Tom Waits All Keyed Up in El Paso


They like him, they really like him!

By Blurt Staff


Tom Waits,
currently on the road for his Gloom And
tour, was about a quarter of the way into his set at the El Paso’s
Plaza Theatre when Frank Perez—a uniformed officer–walked onstage, which
prompted Waits to explain, “I paid all those tickets” and “she was dead when I
got there.” Perez was soon followed by Councilwoman Susie Boyd who handed the
Bard of Bawl a plaque which held a key to the city. Waits, visibly moved said,
“This is a first for me, a real first.”


Concert reviews
from the tour have been uniformly ecstatic. Here are some clips, courtesy
Waits’ p.r. agent:


“Friday’s…show at the Plaza Theatre…probably was unlike anything
ever seen in the historic, atmospheric movie palace, before and after its 2006
restoration….playing out like some twisted journey through a house of broken
mirrors…Friday’s concert was part performance art, part roadhouse blues
revival, all good.” (—Doug Pullen, El Paso Times)


“No artist brings together a larger collection of scar-covered and
demon-riddled humans in his work than Tom Waits, whose keen observations of the
human condition are funneled through characters holding on dearly to thin
swatches of hope…Waits opened his oddly routed world tour Tuesday in Phoenix
with a riveting and cohesive two-hour set that felt like a reunion of oddballs,
crackpots and believers telling their stories through a series of wheezes,
harrumphs and shouts.” (—Phil Gallo, Daily


“Credit Waits for stomping…with some combination of passion and
urgency that never feels like a put on. His is a theatrical show, make no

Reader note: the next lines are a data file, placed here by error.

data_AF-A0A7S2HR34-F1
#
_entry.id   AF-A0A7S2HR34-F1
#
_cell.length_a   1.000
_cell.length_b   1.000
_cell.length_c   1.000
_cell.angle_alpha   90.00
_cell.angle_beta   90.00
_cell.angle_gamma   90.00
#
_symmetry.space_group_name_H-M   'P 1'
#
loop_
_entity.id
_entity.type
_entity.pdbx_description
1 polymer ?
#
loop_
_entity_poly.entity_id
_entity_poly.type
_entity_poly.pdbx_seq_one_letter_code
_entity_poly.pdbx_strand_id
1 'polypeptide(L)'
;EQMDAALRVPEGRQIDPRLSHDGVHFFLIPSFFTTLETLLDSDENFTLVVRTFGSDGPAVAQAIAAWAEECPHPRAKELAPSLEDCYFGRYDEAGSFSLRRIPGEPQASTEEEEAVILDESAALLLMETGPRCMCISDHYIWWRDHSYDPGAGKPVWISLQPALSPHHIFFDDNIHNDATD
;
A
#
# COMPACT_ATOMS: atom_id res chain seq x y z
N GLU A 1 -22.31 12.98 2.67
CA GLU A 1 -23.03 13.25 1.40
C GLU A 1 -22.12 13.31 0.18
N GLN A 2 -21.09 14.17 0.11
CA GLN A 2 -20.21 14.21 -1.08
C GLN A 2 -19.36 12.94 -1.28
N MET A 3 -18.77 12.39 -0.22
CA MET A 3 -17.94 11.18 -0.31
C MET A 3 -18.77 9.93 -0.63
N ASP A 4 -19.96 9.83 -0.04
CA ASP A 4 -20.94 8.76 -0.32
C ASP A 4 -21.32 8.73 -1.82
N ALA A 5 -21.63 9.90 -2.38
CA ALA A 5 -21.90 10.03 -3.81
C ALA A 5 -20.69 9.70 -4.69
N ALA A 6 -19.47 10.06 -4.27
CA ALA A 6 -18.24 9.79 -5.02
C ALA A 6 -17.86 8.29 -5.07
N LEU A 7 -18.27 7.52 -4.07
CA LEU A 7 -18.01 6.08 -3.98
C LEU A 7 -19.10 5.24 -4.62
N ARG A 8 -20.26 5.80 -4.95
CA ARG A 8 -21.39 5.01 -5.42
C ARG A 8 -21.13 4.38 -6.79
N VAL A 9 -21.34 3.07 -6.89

mistake about it. He flails about like a man in the throes of a seizure, and
when he stomps on the stage a little cloud of smoke flies up. But the theatrics
never clutter the songs.” (—Andrew Dansby, Houston


“In the 20-odd years since Tom Waits last played Dallas, his music has grown more demented
and, at the same time, more poignant.” (—Thor Christensen, Dallas Morning News)


“Waits is underrated as a vocalist. His baritone is easy to
caricature, but a lengthy concert like this one offers a chance to hear what
else he can do. He often capped a song with an eerie falsetto; on a couple of
songs…he adopted the hiccupping style of early Elvis Presley…And he was frankly
emotional on the ballads that demand that approach…Over the years, Waits has
developed a stage presence that complements his penchant for vocal disguise.
Following the lineage that connects Japanese Kabuki theater to Bertolt Brecht’s
Theater of Alienation, Waits mimics the actions of the soul man or the preacher
until they become surreal. (—Ann Powers, Los Angeles Times)


Waits continues
his tour through St. Louis (6/26), Columbus (6/28), Knoxville (6/29),
Jacksonville (7/1), Mobile (7/2), Birmingham (7/3) and Atlanta (7/5), before
heading off to Europe for a string of dates.



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